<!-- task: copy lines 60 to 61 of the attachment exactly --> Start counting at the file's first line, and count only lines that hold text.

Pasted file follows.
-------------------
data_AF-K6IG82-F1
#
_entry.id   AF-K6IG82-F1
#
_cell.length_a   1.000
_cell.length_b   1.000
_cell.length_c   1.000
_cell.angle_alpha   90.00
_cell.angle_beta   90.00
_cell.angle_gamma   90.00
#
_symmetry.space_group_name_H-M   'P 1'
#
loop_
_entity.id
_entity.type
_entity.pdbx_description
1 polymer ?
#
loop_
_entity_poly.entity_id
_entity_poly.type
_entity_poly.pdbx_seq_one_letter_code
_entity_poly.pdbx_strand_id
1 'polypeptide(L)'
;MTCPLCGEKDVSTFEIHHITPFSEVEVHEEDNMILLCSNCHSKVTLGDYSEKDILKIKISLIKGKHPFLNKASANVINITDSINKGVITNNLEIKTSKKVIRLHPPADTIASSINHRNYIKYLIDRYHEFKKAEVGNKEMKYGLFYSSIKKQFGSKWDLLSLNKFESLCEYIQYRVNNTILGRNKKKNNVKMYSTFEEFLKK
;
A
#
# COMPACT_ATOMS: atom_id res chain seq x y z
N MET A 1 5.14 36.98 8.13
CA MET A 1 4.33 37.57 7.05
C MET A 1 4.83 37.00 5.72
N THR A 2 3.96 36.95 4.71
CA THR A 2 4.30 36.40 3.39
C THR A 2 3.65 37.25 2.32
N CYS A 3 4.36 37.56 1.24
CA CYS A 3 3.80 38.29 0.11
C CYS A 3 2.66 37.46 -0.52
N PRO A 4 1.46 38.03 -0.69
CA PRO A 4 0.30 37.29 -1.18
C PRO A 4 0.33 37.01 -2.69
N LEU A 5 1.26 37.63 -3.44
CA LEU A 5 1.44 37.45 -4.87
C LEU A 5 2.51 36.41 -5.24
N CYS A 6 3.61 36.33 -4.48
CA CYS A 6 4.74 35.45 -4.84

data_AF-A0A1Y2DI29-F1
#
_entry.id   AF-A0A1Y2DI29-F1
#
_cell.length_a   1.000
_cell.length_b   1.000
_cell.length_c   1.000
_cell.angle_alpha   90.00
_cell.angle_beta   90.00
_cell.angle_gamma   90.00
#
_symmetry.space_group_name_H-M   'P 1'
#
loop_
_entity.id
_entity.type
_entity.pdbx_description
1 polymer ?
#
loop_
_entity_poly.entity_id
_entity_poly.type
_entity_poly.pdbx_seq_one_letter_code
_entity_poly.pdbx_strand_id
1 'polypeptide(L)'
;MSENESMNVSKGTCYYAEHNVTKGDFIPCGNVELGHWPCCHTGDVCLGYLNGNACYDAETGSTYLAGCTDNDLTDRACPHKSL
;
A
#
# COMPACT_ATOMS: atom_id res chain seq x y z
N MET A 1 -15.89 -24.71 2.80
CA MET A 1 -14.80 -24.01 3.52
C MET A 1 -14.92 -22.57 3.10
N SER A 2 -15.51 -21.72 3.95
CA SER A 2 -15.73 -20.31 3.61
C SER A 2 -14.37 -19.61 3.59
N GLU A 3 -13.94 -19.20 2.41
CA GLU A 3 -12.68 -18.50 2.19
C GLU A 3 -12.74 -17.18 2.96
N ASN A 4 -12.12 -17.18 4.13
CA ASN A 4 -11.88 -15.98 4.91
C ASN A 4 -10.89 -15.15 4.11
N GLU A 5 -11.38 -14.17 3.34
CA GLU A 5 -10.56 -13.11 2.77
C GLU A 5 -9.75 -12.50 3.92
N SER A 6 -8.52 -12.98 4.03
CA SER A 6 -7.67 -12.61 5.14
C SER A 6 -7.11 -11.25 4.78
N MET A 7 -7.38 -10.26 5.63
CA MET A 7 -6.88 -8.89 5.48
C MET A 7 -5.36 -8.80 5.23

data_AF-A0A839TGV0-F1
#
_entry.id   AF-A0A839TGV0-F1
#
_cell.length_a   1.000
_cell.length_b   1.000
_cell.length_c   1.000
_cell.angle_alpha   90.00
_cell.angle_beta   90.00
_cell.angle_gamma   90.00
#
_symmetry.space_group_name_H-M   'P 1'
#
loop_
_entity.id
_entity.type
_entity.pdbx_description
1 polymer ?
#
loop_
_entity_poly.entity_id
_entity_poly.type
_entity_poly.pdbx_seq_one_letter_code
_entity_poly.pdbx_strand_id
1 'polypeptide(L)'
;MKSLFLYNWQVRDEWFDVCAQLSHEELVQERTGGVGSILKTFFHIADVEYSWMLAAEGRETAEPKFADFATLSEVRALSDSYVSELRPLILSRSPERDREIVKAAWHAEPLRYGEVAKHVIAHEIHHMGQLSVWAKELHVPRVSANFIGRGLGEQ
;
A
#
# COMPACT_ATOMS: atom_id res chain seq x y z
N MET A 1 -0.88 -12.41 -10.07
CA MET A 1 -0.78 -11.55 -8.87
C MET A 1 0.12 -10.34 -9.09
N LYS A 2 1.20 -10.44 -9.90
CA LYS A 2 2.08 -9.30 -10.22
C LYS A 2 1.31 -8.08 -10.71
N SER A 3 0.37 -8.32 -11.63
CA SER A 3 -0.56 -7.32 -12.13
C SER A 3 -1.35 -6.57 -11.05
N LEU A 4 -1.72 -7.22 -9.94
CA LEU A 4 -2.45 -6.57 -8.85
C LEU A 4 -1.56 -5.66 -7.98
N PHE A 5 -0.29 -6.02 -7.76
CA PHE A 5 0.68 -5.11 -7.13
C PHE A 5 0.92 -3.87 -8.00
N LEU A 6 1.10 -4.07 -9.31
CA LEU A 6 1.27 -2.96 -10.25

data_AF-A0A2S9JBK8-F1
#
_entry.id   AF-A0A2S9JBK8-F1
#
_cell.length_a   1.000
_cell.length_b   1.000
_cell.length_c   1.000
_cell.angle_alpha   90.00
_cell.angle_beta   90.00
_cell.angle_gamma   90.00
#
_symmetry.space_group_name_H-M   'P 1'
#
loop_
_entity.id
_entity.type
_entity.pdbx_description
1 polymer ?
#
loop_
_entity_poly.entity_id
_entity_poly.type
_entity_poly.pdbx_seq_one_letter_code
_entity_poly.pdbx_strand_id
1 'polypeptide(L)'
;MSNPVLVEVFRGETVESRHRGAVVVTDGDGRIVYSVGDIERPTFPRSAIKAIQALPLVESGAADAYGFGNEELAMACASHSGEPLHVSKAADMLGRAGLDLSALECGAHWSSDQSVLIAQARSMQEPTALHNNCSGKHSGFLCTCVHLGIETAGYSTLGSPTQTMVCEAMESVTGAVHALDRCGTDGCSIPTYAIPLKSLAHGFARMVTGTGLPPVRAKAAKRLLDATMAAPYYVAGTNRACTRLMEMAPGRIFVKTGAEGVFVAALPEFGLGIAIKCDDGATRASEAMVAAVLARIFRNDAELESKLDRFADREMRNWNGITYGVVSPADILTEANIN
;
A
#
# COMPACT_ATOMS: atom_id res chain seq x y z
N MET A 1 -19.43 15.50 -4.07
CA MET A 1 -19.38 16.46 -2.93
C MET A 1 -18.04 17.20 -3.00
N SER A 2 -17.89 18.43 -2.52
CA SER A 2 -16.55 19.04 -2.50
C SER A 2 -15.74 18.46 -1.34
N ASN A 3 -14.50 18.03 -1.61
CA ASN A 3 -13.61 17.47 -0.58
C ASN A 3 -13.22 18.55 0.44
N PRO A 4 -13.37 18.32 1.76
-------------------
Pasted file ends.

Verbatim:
#
loop_